RE: Is long s a presentation form?

From: Marco Cimarosti (
Date: Mon Nov 11 2002 - 06:42:15 EST

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    Michael Everson wrote:
    > I like to think of the long s as similar to the final sigma. Nobody
    > thinks that final sigma should be a presentation form of sigma.

    Never say "nobody": I *do* think that Greek final sigma, final Hebrew
    letters, and Latin long s should all be presentation forms. I think that
    they are encoded as separate characters only because of compatibility with
    pre-existing standards such as ISO 8859.

    Occasional exceptions to the general distributional rules of these
    presentation forms would not have been a valid reason to encode them as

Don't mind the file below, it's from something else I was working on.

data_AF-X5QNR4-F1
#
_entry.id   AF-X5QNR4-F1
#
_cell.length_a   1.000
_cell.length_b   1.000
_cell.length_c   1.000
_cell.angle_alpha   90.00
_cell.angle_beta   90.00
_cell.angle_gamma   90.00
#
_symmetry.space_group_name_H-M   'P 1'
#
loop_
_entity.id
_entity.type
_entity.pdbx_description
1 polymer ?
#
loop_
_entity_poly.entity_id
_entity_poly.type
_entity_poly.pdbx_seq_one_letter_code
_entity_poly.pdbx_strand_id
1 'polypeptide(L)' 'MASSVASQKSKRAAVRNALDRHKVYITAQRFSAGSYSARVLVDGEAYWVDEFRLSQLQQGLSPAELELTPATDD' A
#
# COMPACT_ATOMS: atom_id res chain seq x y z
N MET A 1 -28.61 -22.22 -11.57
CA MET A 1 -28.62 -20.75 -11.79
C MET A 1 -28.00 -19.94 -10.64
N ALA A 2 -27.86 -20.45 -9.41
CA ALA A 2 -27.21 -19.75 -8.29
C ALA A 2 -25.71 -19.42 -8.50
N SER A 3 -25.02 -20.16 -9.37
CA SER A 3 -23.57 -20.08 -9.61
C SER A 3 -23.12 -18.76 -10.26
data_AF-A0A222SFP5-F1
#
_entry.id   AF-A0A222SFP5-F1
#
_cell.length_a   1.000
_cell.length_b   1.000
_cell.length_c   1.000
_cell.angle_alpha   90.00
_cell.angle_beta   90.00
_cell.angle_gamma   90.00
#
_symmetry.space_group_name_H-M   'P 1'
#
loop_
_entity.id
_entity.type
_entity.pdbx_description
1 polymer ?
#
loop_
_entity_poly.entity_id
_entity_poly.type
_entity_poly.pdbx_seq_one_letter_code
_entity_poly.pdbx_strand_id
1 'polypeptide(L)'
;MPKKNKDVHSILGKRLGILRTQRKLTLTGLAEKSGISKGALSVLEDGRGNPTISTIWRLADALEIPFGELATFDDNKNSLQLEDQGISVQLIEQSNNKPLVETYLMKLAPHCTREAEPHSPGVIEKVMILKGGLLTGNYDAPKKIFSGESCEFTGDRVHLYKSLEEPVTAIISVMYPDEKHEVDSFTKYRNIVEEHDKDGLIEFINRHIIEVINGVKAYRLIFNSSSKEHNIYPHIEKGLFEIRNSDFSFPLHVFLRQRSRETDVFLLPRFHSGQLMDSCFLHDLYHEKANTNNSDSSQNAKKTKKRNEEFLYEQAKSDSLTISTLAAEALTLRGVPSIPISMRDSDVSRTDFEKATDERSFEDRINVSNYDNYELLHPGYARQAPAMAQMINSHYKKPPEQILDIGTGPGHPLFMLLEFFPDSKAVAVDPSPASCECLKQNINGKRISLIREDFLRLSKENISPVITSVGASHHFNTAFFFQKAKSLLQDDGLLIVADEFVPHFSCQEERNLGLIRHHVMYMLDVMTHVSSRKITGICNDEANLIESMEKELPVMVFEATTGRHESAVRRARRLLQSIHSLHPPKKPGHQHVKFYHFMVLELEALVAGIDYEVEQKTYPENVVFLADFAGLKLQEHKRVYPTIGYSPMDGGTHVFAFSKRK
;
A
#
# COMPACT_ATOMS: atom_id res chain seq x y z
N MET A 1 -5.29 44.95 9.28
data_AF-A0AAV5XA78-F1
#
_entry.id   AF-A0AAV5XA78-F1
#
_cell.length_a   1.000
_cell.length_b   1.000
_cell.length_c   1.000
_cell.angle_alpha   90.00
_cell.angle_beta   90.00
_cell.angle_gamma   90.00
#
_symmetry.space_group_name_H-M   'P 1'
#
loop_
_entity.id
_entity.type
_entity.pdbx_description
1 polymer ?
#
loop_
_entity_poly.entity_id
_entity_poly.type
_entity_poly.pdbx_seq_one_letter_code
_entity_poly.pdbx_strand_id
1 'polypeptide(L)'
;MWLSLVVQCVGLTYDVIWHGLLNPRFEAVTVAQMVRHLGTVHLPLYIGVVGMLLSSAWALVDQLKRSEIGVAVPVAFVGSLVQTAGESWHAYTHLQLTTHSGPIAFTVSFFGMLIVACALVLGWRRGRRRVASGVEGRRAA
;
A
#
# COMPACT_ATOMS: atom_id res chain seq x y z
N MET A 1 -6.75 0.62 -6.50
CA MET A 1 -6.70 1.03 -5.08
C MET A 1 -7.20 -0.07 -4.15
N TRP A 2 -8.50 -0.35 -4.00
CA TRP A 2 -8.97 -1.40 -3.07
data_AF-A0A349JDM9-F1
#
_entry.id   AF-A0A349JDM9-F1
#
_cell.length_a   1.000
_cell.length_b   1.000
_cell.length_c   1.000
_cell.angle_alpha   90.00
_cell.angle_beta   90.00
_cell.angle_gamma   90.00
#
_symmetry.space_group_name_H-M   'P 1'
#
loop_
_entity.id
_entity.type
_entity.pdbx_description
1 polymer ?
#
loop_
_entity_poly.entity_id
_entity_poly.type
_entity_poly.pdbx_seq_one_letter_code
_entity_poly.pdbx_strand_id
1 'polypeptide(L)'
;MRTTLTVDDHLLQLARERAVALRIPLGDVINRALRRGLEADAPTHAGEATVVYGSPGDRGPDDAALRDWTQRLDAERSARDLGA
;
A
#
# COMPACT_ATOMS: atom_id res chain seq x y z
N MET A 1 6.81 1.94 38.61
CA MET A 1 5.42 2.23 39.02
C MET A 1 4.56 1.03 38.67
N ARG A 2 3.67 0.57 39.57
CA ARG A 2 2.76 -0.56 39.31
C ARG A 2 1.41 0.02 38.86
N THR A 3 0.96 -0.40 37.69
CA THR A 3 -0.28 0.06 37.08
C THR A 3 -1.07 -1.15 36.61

separate characters. Similar exceptions also occur in Indic and Arabic
    scripts (e.g., the Arabic abbreviation for "plural" is a "jiim" in initial
    form). These case can be supported in plain-text using ZWJ and ZWNJ:

            "Wachstube" = German for "guard room";
            "Wachs<ZWNJ>tube = German for "wax tube".
            <jiim><ZWJ> = Arabic for "plural";

    > Nobody really uses long s in modern Roman typography, and it's a lot
    > more convenient to have this as a separate character for the
    > nonce-uses that it has than to expect font designers round the world
    > to add special shaping tables to all their fonts just for this
    > critter.

    Why "all their fonts"? Only a few fonts designed for special purposes need
    to have the long/short s distinction.

    _ Marco

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